The rise of the gentle giant

Beginning operations as a Hamburg based steam and diesel shovel builder in 1868, the Johannes MENCK and Dietrich Hambrock founded MENCK & Hamborck GmbH has since developed its services and honed its expertise in the production, rental and sale of pile driving hammers to become a major global player in the oil and gas industry operating as MENCK GmbH today. Discussing the game-changing milestones in the company’s history that were a catalyst for its success over the last 140 years, Fabian Hippe, MENCK’s Director of Sales, begins: “Our work began in a backyard and it was here that we developed the first steam-powered mobile vertically standing boiler unit, which was used for a piling rig in 1871. This was a key moment for us, as we introduced the first semi-automated piling rig to the market and it is still the same principle that we use for our customers today, albeit a more updated and modern version.

“Following this development, excavating machines were our core business until themid 1900s, when in 1937 we introduced a product portfolio to the market that consisted of excavator machines, steam and electric driven piling rigs and steam and diesel hammer systems. Since then piling systems have become our main service offering, and it has helped that this business segment has been part of MENCK since day one as we have gained revenue and a strong reputation from this.”

Acquired by UK based Acteon Group Limited in 2003 to compliment its focus on subsea engineering solutions in the oil and gas market, MENCK today prides itself as an expert in the specialist field of offshore pile driving thanks to its strong engineering knowledge and beyond 40 years of project experience in this sector. Known for product quality and reliability, the innovative firm offers a wide range of pile driving sets with hydraulic hammers from 100 to 3500 KJ. However, keen to use this long-term experience in a beneficial way for customers, the company has developed a more market facing approach to contracts and closer relationships with clients throughout projects. “Our customers are mainly within the oil and gas and renewable sectors, but we also provide services to civil works as well in terms of bridge and harbour developments,” notes Fabian. “Because we don’t have a manufacturing client all of our parts are procured from the market while all of the design, assembly and testing is done in German Headquaters near Hamburg. It is important to note, however, that in our core, we are a highlyspecialised engineering company; though, our primary interest is in supporting and sharing risk through contribution in all areas of a project rather than leaving a system with a client and letting them run with it.”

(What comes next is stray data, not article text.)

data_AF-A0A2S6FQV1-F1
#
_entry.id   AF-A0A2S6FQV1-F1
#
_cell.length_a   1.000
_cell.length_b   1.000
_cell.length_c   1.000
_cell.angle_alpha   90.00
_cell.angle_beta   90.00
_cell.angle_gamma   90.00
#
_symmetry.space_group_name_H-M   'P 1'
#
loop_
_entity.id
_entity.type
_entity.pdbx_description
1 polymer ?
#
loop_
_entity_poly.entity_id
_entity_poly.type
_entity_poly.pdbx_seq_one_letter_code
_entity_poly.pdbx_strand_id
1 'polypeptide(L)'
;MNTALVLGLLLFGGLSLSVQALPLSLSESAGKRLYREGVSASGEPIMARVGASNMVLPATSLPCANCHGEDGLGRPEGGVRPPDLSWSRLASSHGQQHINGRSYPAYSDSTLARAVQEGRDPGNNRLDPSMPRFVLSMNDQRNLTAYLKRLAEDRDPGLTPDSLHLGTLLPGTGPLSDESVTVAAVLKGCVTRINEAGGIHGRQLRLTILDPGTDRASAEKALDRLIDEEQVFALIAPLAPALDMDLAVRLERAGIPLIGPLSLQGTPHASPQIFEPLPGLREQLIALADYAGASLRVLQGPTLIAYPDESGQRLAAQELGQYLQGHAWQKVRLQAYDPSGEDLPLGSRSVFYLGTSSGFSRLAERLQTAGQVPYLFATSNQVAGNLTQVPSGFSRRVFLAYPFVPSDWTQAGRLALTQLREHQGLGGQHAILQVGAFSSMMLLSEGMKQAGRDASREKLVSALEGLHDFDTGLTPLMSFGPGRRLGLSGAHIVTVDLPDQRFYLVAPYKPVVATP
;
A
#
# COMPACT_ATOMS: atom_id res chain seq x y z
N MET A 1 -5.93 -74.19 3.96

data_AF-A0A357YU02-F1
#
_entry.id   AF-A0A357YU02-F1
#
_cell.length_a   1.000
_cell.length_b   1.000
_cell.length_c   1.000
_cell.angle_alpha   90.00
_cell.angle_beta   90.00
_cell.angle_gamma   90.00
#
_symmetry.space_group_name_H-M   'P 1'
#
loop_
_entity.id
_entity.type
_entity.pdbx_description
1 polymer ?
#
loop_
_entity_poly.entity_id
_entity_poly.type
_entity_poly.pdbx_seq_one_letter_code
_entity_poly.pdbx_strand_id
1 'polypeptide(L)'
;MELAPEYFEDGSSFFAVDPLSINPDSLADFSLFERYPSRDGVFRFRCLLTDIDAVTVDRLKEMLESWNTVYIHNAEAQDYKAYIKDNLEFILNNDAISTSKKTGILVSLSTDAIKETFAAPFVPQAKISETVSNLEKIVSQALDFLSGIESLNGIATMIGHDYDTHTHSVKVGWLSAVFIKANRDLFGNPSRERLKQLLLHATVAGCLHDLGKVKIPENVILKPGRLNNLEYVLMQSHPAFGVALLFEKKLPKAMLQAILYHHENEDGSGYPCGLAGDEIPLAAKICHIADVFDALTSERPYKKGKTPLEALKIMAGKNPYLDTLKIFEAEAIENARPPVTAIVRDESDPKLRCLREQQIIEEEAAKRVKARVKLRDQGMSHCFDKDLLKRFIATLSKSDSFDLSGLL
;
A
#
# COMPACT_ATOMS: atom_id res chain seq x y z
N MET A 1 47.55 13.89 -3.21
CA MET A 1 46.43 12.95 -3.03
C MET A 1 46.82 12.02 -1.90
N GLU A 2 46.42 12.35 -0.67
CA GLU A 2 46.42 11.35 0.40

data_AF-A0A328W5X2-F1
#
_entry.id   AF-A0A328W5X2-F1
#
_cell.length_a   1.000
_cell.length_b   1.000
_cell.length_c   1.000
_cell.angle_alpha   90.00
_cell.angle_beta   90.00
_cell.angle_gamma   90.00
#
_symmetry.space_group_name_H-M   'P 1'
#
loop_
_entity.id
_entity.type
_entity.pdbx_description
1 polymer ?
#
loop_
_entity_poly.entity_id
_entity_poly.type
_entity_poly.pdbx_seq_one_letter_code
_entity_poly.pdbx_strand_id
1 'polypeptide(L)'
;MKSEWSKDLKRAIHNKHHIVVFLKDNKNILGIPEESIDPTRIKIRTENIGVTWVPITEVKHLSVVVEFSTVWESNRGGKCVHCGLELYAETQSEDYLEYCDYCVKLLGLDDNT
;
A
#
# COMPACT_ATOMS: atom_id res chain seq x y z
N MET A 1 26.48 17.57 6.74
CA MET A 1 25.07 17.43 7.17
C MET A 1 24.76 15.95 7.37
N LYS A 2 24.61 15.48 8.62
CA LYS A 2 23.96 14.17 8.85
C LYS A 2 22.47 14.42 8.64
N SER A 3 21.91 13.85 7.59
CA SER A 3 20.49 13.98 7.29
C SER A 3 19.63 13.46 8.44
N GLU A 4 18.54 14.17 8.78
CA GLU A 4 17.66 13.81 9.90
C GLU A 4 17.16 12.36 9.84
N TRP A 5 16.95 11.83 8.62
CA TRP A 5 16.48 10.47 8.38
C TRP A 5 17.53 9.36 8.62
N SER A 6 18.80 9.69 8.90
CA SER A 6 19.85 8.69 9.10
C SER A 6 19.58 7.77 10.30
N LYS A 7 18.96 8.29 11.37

A recent project for the company involved supplying the world’s largest hydraulic hammer to assist Bilfinger Marine & Offshore Systems with the installation of subsea foundations for Project Sandbank, a new 72 turbine strong windfarm located in the North Sea. Known as the ‘Gentle Giant’, the MENCK MHU 3500S hydraulic hammer exerts a massive 6.2 KJ per tonne of weight, with a pile sleeve that has a diameter of 6.5 m. It also has a proven higher maximum energy output than any other hammer in the world, but is also two to three db quieter than other hammers within MENCK’s portfolio, thus ensuring the MENCK MHU 3500S contributes to all environmental protection requirements.

“This hammer is by far the largest in the market today. It stands up around 21 m above ground in the vertical position and weighs approximately 580 tonnes in air; it is an incredibly heavy machinery which has been setup in a way that logistical as well as maintenance challenges contribute to the overall service solutions provided. Components for this hammer were procured as far away as Japan; these parts were delivered to the port of Hamburg where we pre-assembled and tested the system before delivering to the Sandbank project within its very tight timeline of less than 12 months. The kit has been delivered well in advance to the project startand pile driving began in early June 2015.”

With this major project a huge success, the company is now focusing on building a second unit and has secured work for both hammers throughout 2016 and into 2017. “We are in a favourable situation as this hammer is a crucial component for the latest developments in the offshore wind segment and the installation of these monopile foundations,” confirms Fabian.

To complement these positive developments, the company will continue to attend events such as OSEA and the Offshore Technology Conference in Texas, which it attended in 2014 and 2015 so new and existing customers could find out valuable information on its innovative portfolio. “Although MENCK is a fairly small company, due to the technology we create and the exposure of our projects we are quite well-known within the industry. Nonetheless, the number of clients we interact with is not substantial so exhibiting is really about having an area that our customers can interact with us as well as providing a crucial networking opportunity for potential new clients,” says Fabian.

In addition, the company will focus on growing its core business through the provision of mature services and mature consultancy to ensure the optimisation of overall processes when its systems are being used. “We will try to reduce our overhead costs that are directly associated with our undertakings by optimising the handling of our systems or supporting our clients in any way that delivers a direct cost reduction to our clients,” concludes Fabian.


Services: Hydraulic impact hammers

Issue 125 October 2015